Some of the adverse reactions associated with Avelox can be fatal. Thus, it is essential to seek immediate medical help if you experience any of the side effects highlighted above.

You should discuss with your doctor about supportive measures before initiating Avelox medication.

What medications does Avelox interact with?

Fluoroquinolones are among the most commonly used agents in inpatient care environments. This high frequency increases the risk of drug interactions with non-antimicrobials drugs.

Such interactions often affect fluoroquinolones by reducing its bioavailability and effectiveness.

Interference with Avelox absorption results in lower systemic concentrations, reducing its efficiency.

Because Avelox is used to treat complicated infection, reduced clinical efficacy can be fatal.

It is not clear if separating the dose of administration improves interactions. But it is always advised to take Avelox 4 hours or 8 hours before or after taking these medications.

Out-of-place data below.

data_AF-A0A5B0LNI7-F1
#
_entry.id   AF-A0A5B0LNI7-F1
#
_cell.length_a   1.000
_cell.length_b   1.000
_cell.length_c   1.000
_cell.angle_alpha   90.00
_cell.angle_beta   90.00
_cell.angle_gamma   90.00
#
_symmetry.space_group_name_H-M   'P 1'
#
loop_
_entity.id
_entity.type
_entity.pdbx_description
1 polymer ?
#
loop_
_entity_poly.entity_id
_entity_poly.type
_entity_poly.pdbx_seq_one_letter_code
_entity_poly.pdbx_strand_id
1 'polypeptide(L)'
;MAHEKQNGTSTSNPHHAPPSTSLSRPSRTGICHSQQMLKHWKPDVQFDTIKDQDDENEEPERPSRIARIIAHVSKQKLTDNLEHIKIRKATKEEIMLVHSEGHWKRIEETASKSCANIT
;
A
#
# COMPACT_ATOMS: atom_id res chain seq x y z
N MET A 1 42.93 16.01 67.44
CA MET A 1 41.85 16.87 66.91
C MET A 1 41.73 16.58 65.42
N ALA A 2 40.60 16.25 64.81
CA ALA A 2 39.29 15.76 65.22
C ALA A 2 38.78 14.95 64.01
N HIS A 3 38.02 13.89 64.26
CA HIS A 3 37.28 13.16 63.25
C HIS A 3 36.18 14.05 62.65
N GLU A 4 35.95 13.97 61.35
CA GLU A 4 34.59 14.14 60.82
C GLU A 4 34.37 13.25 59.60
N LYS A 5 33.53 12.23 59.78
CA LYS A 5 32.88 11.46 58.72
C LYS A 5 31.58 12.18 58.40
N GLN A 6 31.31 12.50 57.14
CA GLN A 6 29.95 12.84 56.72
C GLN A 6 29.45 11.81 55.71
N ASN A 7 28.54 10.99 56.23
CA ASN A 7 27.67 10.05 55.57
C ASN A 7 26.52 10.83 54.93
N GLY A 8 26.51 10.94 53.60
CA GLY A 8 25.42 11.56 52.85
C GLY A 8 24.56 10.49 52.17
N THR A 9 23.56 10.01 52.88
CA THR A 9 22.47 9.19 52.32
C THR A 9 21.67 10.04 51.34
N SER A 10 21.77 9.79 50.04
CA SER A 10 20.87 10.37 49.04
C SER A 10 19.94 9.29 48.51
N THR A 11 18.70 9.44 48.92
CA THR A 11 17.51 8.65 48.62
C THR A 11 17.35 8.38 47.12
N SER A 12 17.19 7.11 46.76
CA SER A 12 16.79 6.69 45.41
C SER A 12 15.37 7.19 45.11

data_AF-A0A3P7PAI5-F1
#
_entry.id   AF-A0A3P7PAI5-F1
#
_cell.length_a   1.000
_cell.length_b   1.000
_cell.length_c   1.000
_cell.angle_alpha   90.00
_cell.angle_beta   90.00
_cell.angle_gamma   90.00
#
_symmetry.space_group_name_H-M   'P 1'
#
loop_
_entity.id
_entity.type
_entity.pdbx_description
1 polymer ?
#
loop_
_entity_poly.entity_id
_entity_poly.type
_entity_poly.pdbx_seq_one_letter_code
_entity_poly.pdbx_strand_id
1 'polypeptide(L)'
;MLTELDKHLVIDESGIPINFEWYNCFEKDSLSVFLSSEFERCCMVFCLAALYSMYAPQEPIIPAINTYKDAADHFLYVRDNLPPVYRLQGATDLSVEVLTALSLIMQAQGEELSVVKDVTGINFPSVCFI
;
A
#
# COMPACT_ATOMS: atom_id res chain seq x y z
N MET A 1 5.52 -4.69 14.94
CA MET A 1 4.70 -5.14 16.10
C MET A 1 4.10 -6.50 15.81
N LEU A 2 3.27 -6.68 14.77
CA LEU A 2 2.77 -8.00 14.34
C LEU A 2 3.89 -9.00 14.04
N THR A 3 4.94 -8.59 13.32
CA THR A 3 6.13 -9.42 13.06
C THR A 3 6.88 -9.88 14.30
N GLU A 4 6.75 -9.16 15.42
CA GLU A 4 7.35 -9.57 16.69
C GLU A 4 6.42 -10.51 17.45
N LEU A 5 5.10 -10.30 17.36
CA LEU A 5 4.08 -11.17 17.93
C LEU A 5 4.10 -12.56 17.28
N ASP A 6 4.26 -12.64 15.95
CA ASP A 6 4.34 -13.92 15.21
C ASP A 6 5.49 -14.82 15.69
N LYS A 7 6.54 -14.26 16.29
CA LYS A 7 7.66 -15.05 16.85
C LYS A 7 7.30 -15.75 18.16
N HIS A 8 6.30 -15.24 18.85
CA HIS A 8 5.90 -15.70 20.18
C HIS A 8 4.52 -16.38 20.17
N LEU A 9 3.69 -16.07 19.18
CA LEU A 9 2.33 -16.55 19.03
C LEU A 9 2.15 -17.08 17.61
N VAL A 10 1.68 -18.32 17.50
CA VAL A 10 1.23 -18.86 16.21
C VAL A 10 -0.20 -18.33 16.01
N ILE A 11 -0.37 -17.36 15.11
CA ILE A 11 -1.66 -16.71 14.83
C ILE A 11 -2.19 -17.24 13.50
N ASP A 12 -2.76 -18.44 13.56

• Warfarin: Warfarin (also called Coumadin) slows down your body’s process of blood clotting. It has been shown that Avelox enhances the anticoagulant activity of warfarin. Because infection induces inflammation, you may experience increased anticoagulant activity.

  • Antidiabetic drugs: Glucose imbalance, either hyperglycemia or hypoglycemia, have been reported. Uncorrected blood sugar disturbances can lead to a fatal outcome. Careful monitoring is required to reduce the risk of adverse reactions. Your doctor may need to change your medication if you experience blood glucose disturbances.